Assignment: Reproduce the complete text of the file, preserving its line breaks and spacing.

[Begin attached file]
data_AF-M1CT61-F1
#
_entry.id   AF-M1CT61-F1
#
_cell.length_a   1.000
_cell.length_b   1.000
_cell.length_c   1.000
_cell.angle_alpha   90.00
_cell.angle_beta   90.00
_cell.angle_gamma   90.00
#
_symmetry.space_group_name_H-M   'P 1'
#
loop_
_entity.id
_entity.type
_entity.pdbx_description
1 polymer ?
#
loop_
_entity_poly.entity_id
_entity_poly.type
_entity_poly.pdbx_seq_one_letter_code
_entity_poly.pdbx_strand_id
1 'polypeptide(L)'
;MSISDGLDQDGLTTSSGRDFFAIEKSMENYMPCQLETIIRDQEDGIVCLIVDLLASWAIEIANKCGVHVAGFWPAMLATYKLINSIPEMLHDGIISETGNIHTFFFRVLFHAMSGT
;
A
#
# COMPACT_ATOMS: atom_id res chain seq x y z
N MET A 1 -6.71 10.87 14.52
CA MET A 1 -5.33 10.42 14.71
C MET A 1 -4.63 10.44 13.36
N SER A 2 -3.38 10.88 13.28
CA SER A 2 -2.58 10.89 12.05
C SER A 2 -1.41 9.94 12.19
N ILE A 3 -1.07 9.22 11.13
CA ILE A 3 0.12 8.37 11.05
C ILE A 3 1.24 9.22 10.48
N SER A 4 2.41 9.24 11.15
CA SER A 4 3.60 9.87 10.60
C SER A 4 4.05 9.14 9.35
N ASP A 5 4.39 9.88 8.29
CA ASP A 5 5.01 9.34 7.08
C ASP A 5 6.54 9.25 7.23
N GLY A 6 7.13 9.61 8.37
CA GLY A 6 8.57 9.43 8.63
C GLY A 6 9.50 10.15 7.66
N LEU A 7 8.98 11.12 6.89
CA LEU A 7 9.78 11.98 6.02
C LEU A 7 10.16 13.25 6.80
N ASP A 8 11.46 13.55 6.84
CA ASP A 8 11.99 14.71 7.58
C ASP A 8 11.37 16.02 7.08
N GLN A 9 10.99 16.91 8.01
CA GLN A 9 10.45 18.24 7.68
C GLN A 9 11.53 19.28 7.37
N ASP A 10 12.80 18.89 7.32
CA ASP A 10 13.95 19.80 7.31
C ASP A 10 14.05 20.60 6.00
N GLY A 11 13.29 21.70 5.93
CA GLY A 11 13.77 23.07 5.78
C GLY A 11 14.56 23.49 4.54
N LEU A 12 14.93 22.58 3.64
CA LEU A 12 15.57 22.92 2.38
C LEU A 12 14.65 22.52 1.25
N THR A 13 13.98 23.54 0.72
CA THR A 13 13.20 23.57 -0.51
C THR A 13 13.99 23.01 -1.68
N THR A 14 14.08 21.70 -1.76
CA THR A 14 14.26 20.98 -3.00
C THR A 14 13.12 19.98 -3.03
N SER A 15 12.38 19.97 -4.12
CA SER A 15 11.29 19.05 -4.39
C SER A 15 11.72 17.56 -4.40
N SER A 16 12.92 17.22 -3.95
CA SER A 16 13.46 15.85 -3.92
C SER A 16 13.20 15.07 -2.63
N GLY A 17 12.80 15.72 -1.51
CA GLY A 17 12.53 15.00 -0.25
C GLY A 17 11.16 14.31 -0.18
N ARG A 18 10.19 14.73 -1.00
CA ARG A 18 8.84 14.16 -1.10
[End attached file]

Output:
data_AF-M1CT61-F1
#
_entry.id   AF-M1CT61-F1
#
_cell.length_a   1.000
_cell.length_b   1.000
_cell.length_c   1.000
_cell.angle_alpha   90.00
_cell.angle_beta   90.00
_cell.angle_gamma   90.00
#
_symmetry.space_group_name_H-M   'P 1'
#
loop_
_entity.id
_entity.type
_entity.pdbx_description
1 polymer ?
#
loop_
_entity_poly.entity_id
_entity_poly.type
_entity_poly.pdbx_seq_one_letter_code
_entity_poly.pdbx_strand_id
1 'polypeptide(L)'
;MSISDGLDQDGLTTSSGRDFFAIEKSMENYMPCQLETIIRDQEDGIVCLIVDLLASWAIEIANKCGVHVAGFWPAMLATYKLINSIPEMLHDGIISETGNIHTFFFRVLFHAMSGT
;
A
#
# COMPACT_ATOMS: atom_id res chain seq x y z
N MET A 1 -6.71 10.87 14.52
CA MET A 1 -5.33 10.42 14.71
C MET A 1 -4.63 10.44 13.36
N SER A 2 -3.38 10.88 13.28
CA SER A 2 -2.58 10.89 12.05
C SER A 2 -1.41 9.94 12.19
N ILE A 3 -1.07 9.22 11.13
CA ILE A 3 0.12 8.37 11.05
C ILE A 3 1.24 9.22 10.48
N SER A 4 2.41 9.24 11.15
CA SER A 4 3.60 9.87 10.60
C SER A 4 4.05 9.14 9.35
N ASP A 5 4.39 9.88 8.29
CA ASP A 5 5.01 9.34 7.08
C ASP A 5 6.54 9.25 7.23
N GLY A 6 7.13 9.61 8.37
CA GLY A 6 8.57 9.43 8.63
C GLY A 6 9.50 10.15 7.66
N LEU A 7 8.98 11.12 6.89
CA LEU A 7 9.78 11.98 6.02
C LEU A 7 10.16 13.25 6.80
N ASP A 8 11.46 13.55 6.84
CA ASP A 8 11.99 14.71 7.58
C ASP A 8 11.37 16.02 7.08
N GLN A 9 10.99 16.91 8.01
CA GLN A 9 10.45 18.24 7.68
C GLN A 9 11.53 19.28 7.37
N ASP A 10 12.80 18.89 7.32
CA ASP A 10 13.95 19.80 7.31
C ASP A 10 14.05 20.60 6.00
N GLY A 11 13.29 21.70 5.93
CA GLY A 11 13.77 23.07 5.78
C GLY A 11 14.56 23.49 4.54
N LEU A 12 14.93 22.58 3.64
CA LEU A 12 15.57 22.92 2.38
C LEU A 12 14.65 22.52 1.25
N THR A 13 13.98 23.54 0.72
CA THR A 13 13.20 23.57 -0.51
C THR A 13 13.99 23.01 -1.68
N THR A 14 14.08 21.70 -1.76
CA THR A 14 14.26 20.98 -3.00
C THR A 14 13.12 19.98 -3.03
N SER A 15 12.38 19.97 -4.12
CA SER A 15 11.29 19.05 -4.39
C SER A 15 11.72 17.56 -4.40
N SER A 16 12.92 17.22 -3.95
CA SER A 16 13.46 15.85 -3.92
C SER A 16 13.20 15.07 -2.63
N GLY A 17 12.80 15.72 -1.51
CA GLY A 17 12.53 15.00 -0.25
C GLY A 17 11.16 14.31 -0.18
N ARG A 18 10.19 14.73 -1.00
CA ARG A 18 8.84 14.16 -1.10